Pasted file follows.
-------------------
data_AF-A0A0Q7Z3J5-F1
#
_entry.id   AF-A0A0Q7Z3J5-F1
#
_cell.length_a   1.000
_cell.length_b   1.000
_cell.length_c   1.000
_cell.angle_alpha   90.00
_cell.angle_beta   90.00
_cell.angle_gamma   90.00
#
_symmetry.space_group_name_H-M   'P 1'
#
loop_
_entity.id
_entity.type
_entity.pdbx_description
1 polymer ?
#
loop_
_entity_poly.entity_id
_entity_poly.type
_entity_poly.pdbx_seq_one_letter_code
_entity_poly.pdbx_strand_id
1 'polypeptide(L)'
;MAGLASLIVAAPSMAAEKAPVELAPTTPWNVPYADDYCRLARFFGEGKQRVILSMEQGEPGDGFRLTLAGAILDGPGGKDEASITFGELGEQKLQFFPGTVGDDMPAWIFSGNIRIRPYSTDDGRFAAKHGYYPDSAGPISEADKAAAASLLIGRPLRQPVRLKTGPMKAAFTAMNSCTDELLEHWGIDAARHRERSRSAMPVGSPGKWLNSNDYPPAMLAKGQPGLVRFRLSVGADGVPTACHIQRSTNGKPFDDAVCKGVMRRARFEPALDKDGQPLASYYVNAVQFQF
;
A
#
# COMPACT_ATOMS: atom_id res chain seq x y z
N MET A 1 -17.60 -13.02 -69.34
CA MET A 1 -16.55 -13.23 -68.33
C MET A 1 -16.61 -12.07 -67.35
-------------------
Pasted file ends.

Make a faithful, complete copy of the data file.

data_AF-A0A0Q7Z3J5-F1
#
_entry.id   AF-A0A0Q7Z3J5-F1
#
_cell.length_a   1.000
_cell.length_b   1.000
_cell.length_c   1.000
_cell.angle_alpha   90.00
_cell.angle_beta   90.00
_cell.angle_gamma   90.00
#
_symmetry.space_group_name_H-M   'P 1'
#
loop_
_entity.id
_entity.type
_entity.pdbx_description
1 polymer ?
#
loop_
_entity_poly.entity_id
_entity_poly.type
_entity_poly.pdbx_seq_one_letter_code
_entity_poly.pdbx_strand_id
1 'polypeptide(L)'
;MAGLASLIVAAPSMAAEKAPVELAPTTPWNVPYADDYCRLARFFGEGKQRVILSMEQGEPGDGFRLTLAGAILDGPGGKDEASITFGELGEQKLQFFPGTVGDDMPAWIFSGNIRIRPYSTDDGRFAAKHGYYPDSAGPISEADKAAAASLLIGRPLRQPVRLKTGPMKAAFTAMNSCTDELLEHWGIDAARHRERSRSAMPVGSPGKWLNSNDYPPAMLAKGQPGLVRFRLSVGADGVPTACHIQRSTNGKPFDDAVCKGVMRRARFEPALDKDGQPLASYYVNAVQFQF
;
A
#
# COMPACT_ATOMS: atom_id res chain seq x y z
N MET A 1 -17.60 -13.02 -69.34
CA MET A 1 -16.55 -13.23 -68.33
C MET A 1 -16.61 -12.07 -67.35